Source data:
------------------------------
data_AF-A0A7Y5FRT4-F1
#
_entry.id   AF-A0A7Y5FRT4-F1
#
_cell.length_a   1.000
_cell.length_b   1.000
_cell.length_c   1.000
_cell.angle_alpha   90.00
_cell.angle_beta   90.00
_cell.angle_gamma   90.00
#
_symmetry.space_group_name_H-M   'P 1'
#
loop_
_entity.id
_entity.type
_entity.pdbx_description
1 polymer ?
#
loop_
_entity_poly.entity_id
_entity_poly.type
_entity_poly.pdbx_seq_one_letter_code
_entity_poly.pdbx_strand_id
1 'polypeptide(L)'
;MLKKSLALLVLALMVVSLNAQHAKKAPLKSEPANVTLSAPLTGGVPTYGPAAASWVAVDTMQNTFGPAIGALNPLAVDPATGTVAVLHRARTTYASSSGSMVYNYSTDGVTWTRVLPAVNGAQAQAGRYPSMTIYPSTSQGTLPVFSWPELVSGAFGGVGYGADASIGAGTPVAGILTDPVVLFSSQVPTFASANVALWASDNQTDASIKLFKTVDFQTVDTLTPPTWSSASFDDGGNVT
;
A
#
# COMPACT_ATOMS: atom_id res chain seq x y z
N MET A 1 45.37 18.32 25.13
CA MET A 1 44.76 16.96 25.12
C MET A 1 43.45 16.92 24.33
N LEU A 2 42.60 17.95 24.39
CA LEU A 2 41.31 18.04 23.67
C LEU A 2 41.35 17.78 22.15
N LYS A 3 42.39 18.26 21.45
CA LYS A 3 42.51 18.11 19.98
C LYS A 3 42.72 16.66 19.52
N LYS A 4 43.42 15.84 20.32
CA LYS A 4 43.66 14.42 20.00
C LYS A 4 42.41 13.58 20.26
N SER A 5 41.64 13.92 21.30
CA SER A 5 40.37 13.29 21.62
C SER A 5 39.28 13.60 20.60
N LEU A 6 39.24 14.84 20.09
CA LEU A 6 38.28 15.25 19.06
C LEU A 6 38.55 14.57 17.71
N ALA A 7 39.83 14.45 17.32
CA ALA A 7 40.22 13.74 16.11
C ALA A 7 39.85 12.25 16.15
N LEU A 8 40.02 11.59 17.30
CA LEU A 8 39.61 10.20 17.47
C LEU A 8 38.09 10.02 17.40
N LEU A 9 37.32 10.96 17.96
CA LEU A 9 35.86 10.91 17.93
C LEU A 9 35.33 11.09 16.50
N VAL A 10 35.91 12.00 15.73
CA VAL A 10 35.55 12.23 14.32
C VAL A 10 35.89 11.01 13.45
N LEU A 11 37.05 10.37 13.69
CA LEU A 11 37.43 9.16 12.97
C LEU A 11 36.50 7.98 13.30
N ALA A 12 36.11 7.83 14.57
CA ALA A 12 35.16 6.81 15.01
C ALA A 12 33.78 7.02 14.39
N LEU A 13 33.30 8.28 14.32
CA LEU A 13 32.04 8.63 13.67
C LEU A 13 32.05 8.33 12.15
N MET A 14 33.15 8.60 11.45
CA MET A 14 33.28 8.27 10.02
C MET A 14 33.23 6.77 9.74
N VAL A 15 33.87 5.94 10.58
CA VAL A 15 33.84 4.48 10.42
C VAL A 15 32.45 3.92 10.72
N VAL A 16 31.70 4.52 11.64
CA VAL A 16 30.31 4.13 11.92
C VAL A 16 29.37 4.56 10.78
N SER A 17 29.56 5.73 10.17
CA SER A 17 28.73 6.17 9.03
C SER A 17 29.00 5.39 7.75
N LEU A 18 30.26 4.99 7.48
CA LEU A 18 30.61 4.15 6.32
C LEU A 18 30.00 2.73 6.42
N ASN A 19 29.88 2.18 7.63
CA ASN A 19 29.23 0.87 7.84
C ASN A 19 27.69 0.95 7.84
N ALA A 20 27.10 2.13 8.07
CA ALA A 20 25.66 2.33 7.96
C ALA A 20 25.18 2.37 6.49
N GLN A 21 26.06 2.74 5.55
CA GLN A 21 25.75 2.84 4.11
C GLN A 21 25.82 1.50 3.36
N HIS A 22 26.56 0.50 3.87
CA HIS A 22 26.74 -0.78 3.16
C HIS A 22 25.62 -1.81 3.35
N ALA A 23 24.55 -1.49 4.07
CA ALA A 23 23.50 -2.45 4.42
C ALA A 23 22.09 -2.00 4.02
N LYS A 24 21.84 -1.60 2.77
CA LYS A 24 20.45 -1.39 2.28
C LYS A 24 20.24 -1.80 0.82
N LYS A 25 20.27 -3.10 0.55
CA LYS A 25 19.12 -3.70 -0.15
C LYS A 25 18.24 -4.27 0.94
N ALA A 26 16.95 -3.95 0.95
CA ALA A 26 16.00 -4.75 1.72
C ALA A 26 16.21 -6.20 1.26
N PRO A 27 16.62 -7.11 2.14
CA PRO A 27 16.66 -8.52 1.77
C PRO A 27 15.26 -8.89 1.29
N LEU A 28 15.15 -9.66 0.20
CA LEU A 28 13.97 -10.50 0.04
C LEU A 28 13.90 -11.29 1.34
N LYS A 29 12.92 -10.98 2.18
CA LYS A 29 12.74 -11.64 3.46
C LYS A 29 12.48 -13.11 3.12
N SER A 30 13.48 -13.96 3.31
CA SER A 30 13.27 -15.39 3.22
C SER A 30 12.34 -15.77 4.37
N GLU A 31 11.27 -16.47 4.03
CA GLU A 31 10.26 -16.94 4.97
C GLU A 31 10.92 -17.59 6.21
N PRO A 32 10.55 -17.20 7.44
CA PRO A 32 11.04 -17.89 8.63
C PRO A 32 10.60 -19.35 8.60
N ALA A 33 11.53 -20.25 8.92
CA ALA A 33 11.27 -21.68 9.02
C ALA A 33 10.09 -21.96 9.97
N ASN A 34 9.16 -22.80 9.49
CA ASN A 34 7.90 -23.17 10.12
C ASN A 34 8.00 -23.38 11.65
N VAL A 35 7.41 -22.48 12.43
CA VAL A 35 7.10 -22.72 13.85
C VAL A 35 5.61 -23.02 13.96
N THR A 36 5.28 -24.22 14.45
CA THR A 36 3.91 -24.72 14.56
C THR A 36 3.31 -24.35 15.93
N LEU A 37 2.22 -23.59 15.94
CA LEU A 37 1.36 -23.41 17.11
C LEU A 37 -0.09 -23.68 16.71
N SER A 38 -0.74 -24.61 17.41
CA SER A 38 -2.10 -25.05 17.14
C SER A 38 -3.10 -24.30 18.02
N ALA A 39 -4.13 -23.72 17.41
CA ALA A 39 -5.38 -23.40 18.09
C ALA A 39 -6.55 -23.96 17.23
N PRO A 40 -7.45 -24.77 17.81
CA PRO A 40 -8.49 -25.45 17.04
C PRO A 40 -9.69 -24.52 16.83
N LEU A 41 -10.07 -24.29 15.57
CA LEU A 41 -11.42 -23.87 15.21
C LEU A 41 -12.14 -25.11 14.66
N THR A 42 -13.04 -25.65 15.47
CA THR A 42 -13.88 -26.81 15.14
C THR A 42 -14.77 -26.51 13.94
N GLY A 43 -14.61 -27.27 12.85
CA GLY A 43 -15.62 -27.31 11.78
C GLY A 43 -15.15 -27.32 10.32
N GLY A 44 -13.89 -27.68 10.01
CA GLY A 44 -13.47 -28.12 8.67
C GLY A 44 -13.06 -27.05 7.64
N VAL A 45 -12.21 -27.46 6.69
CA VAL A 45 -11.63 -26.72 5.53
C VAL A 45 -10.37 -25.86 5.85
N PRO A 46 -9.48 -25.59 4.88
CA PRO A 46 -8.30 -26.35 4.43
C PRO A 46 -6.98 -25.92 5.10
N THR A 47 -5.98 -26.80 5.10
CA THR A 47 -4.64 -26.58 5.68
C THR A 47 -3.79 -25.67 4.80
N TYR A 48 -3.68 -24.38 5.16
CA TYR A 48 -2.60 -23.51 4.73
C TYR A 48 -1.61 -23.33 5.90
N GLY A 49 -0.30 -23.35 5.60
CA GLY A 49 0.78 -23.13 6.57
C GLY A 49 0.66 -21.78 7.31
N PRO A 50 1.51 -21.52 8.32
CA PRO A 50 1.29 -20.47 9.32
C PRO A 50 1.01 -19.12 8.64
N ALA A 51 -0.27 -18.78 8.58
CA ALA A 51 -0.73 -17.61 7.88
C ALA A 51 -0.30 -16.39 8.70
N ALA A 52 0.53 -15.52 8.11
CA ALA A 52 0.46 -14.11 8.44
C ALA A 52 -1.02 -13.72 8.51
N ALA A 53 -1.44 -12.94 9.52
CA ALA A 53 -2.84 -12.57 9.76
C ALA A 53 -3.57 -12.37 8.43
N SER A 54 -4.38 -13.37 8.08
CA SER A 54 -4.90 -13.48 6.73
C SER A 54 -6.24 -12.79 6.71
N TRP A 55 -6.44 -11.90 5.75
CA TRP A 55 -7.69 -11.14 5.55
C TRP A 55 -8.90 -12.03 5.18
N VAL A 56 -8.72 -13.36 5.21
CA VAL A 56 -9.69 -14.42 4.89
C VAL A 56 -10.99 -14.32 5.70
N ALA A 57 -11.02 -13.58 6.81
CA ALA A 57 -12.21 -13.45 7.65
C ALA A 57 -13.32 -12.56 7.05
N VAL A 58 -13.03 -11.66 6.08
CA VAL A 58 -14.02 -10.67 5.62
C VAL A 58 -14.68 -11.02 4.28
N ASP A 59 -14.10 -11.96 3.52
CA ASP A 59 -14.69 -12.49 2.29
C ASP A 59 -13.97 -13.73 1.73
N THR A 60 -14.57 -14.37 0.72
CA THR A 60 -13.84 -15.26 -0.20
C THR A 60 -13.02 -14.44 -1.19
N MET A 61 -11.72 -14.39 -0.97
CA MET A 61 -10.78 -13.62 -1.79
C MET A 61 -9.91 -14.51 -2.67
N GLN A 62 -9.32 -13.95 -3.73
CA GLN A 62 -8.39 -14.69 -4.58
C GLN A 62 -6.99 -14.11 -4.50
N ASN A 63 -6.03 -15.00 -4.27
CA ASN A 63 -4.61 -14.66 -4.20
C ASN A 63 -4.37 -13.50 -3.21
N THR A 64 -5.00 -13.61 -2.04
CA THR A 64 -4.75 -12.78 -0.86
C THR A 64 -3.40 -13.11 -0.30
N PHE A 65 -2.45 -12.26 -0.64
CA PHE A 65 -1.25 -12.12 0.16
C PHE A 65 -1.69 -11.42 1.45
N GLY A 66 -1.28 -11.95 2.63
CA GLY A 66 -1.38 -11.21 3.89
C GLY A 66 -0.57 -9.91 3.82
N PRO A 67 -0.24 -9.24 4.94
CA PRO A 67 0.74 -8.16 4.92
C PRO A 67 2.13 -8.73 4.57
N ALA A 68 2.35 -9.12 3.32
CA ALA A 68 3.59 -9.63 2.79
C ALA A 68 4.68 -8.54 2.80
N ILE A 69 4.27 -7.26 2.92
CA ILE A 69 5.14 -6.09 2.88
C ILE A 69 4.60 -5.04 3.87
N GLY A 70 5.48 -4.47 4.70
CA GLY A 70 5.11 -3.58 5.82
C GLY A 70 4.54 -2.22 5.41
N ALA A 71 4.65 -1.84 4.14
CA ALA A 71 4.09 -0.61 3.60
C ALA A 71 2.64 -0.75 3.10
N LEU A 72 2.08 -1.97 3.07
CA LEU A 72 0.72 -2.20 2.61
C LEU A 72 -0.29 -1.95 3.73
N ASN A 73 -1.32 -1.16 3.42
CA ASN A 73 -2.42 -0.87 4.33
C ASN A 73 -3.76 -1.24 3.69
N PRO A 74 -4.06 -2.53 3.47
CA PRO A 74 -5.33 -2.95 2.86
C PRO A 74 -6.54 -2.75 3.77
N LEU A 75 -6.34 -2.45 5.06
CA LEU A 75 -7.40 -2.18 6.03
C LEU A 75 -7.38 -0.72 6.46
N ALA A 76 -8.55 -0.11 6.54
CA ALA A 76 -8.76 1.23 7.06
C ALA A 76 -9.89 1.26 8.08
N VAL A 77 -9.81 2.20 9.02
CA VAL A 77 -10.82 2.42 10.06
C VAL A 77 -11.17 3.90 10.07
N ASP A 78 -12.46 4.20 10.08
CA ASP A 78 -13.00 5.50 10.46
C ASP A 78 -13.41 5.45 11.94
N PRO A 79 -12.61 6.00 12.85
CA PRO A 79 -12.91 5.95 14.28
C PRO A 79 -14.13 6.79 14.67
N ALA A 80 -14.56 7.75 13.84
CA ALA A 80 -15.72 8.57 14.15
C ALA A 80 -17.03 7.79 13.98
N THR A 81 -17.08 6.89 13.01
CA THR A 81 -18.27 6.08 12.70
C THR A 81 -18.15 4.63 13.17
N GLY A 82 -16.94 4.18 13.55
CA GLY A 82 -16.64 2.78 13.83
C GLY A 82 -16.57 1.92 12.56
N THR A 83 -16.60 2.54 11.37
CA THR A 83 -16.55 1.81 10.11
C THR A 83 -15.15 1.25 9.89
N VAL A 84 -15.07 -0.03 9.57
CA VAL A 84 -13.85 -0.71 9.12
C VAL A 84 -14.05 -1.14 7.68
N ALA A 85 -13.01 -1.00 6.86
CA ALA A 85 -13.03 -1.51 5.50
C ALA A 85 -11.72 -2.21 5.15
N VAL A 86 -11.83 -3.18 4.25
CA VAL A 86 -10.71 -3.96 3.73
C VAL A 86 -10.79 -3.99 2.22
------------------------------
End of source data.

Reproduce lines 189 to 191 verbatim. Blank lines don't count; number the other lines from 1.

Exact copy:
C ALA A 53 -3.57 -12.37 8.43
N SER A 54 -4.38 -13.37 8.08
CA SER A 54 -4.90 -13.48 6.73